MSU logo - links to MSU and OAC

News Home Page

Family, Youth & Consumer News

Spend Time With Kids By Making Halloween Costumes

By Amy Woolfolk

MISSISSIPPI STATE -- While Halloween costumes can be as simple as a trip to the store, taking time with a child to create a costume at home can be fun for the family.

Dr. Betty Fulwood, apparel and textiles specialist for Mississippi State University's Extension Service, said it has become common practice in today's fast-paced society to buy ready-made costumes. However, great costumes can be found at home for little or no expense.

"Everyone is busy these days, so it is easy just to buy a costume," she said, "With a little time and creativity, unique costumes can be put together with articles you already have."

The specialist suggested starting the costume search in closets and the attic. Old clothes, accessories and even old costumes may be stored there.

"Out-of-style clothes can make fun dress-up costumes for children," Fulwood said. "It is important, though, to make sure clothes fit children properly."

She said to think of outfits the child may already have that could be used on Halloween.

Sports uniforms, dance outfits and other clothes can be the basis for unique costumes.

"With a few creative alterations and additions, everyday clothes can be turned into costumes," she said. "An orange sweatsuit can become a Jack-o-lantern suit with a few quick appliques, or adding a black cape to black pants makes a great Dracula outfit. Costumes do not have to be complicated or even scary."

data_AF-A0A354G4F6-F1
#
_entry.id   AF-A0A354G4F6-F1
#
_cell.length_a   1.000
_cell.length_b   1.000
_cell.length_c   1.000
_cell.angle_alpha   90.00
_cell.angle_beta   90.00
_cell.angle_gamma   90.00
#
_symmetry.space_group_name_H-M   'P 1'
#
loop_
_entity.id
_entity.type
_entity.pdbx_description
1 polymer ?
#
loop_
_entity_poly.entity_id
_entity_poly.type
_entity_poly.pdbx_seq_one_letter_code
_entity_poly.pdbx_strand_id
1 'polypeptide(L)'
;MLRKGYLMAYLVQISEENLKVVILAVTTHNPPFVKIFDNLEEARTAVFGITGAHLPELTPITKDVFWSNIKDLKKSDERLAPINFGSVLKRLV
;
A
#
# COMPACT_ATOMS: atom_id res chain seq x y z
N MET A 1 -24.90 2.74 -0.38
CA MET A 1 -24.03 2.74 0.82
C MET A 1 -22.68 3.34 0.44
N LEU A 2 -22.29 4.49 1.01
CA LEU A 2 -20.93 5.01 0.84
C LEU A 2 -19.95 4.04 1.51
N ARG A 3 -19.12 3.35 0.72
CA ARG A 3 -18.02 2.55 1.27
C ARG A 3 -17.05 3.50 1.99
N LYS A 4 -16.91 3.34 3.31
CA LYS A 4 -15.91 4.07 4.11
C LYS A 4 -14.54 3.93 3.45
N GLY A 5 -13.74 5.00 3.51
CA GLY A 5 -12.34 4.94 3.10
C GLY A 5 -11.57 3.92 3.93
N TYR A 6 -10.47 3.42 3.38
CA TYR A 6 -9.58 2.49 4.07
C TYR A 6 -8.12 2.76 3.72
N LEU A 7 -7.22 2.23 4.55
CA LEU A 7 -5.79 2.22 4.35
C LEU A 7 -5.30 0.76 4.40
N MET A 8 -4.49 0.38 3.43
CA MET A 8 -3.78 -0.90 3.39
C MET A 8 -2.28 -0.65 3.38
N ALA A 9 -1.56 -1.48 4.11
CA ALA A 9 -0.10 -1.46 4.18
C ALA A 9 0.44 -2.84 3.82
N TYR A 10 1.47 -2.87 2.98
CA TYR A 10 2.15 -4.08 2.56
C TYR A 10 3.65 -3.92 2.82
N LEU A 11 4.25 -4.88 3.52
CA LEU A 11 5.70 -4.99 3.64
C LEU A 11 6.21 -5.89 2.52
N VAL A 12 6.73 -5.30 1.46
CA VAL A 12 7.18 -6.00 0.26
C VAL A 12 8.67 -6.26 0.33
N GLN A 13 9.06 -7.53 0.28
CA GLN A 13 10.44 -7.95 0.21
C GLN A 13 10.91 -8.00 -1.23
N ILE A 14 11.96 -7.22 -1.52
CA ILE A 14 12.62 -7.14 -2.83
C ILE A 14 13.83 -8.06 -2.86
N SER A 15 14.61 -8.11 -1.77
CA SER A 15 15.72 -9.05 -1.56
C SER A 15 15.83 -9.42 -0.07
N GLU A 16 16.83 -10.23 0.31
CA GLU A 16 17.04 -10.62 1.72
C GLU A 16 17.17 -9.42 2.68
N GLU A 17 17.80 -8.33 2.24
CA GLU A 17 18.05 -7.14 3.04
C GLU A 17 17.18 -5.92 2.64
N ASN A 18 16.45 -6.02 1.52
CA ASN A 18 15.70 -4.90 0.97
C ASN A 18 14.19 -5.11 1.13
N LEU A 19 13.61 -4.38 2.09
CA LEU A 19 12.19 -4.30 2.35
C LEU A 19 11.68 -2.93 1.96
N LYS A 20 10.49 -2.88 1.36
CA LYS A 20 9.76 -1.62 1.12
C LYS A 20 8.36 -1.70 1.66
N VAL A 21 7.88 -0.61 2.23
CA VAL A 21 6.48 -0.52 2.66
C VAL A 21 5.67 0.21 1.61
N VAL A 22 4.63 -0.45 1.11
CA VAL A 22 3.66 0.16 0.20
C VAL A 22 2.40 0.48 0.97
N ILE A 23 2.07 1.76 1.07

Fulwood offered the following safety reminders for creating a costume at home.

* Check the length of pants, skirts and capes. Make sure they are short enough to prevent children from tripping.

* Consider using make-up instead of masks, which may restrict vision. Secure hats so they do not fall down over the eyes.

* Choose light colors for costumes and decorate with reflective tape. These will make the child more visible at night.

"In creating a costume for a child, make something that is safe and practical," Fulwood said. "The time spent with a child making a costume is much more important than money that might be spent on one. So be creative and have fun."


Released: Oct. 2, 1998
Contact: Betty Fulwood, (601) 325-3081

A black line that separates the body text from footer information

Mississippi State University logo
Visit: DAFVM || USDA
Search our Site || Need more information about this subject?
Last Modified: Friday, 19-Dec-08 10:29:22
Ethics Line || Legal
Recommendations on this web site do not endorse any commercial products or trade names.

Links to MSU home page Links to Office of Agricultural Communications home page